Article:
As it leaves Lake Itasca, the Mississippi meanders its way north to Bemidji, an adorable community most frequently identified by Paul Bunyan and Babe the Blue Ox. The mythical lumberjack is found in wooded communities from Maine to Oregon, but the folks of Minnesota fiercely claim that he is theirs and theirs alone. (Indeed scholarly research indicates the first written account of Paul Bunyan appeared a Duluth, Minnesota newspaper in 1904).

Either way, you gotta get your selfie with Paul and Babe and then, for a matching red plaid wool shirt, head over to the Bemidji Woolen Mills. Today, Bill Batchelder is the fourth generation of his family to manage the business, which his great-grandfather started in 1920. If he’s around when you visit, he’ll likely take you by the arm and give you a personal tour of the back room where some of the equipment is older than the business itself.

Their most popular product by far is the signature red-and-black Paul Bunyan Jac Shirt. When I asked him how many they’ve sold over the years, Bill answered “We’re kind of like McDonald’s. After a while, you stop counting and just say ‘billions.'”

Famous folks from the Great River Road

Leaving Bemidji, the little river finally begins to bend south near the community of Grand Rapids. A few activities here speak to your presence in the North Woods, including tours of a paper mill and a visit to the Forest History Center, which does a better job than Paul Bunyan telling the story of life in a Minnesota logging camp in the early 20th century.

Yet Grand Rapids is most famous for a young woman born here named Frances Ethel Gumm. Most of us know her as Judy Garland. The museum, that includes her childhood home, also has one of the original carriages from Emerald City — you know, the ones pulled by the horse of a different color. If possible, plan your travels around the Wizard of Oz Festival held on the weekend closest to June 10, which was Judy’s birthday.

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A little farther south on the Great River Road is charming Little Falls, and it, too, was home to a famous American. Charles Lindbergh spent most of his summers here as a child. We were disappointed that the historic site and visitors center is closed Monday through Wednesday (we were there on Tuesday), so if this is of interest to you, schedule your travels accordingly.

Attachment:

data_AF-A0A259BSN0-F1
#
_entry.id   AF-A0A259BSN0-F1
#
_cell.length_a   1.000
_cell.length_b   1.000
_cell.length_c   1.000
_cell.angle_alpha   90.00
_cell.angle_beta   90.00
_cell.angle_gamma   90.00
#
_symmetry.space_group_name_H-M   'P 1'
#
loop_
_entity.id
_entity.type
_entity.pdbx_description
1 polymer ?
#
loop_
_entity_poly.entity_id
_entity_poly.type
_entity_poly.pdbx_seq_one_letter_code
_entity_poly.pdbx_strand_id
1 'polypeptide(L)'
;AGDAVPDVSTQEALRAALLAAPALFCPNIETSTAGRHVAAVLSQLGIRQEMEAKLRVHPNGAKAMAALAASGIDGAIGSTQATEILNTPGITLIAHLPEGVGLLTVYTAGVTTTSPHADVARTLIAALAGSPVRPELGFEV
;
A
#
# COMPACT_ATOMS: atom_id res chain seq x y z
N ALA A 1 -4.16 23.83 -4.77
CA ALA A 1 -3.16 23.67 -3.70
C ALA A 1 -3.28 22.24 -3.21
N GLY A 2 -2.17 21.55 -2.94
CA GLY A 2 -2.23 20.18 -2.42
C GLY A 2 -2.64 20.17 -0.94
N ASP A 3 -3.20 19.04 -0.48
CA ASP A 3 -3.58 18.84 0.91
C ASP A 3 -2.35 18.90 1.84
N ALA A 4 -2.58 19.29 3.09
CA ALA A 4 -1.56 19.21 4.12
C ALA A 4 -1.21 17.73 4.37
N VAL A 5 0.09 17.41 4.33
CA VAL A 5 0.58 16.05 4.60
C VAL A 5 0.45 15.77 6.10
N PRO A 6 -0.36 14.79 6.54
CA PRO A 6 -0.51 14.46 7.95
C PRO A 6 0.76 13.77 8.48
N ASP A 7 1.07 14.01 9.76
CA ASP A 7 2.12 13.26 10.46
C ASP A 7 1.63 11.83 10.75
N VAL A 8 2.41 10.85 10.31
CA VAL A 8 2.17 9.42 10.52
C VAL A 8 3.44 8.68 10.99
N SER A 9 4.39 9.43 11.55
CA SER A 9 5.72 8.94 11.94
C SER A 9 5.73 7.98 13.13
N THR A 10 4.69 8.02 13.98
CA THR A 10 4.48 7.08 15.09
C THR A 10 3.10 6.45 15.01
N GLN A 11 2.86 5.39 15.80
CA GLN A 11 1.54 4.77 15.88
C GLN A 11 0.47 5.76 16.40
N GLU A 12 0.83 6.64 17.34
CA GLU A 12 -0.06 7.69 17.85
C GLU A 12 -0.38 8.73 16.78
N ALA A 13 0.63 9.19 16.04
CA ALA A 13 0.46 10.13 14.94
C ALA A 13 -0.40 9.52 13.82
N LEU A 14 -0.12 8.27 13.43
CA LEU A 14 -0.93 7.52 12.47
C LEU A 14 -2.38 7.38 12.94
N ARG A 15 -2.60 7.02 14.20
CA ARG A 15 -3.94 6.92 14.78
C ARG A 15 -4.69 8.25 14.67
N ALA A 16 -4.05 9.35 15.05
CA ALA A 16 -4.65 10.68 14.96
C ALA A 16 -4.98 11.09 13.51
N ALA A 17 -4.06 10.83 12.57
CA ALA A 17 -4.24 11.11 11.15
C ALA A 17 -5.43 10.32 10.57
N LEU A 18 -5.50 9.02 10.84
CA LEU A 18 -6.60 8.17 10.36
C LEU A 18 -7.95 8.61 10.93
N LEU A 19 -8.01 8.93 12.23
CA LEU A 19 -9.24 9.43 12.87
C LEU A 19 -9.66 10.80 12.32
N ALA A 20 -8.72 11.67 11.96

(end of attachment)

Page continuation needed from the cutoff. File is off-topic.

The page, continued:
We spent the night in lovely St. Cloud with a room overlooking the river in the Best Western Kelly Inn. After dinner downtown with our friends Bob and Lisa, we spent a few hours exploring the gorgeous Clemens and Munsinger Gardens.

From there, you’re just an hour from the Twin Cities where you can easily spend several days exploring Mary Tyler Moore’s hometown, Prince’s hometown, watch a baseball game, shop the Mall of America, and on and on.

We had the most fun spending the night on a tugboat/bed-and-breakfast out on the river between Minneapolis and St. Paul. It’s now called the Covington Inn. In its 30-year life as a tugboat, the Covington pushed barges up and down the Mississippi and Ohio, running right past our favorite spots of Southern Illinois.

Red Wings and Eagles’ Wings

Moving on down the Great River Road, which is MN Highway 61 in these parts, you’ll come to the legendary town of Red Wing. If you are a fan of American-made products and require good shoes in your life, you already know the name, Red Wing.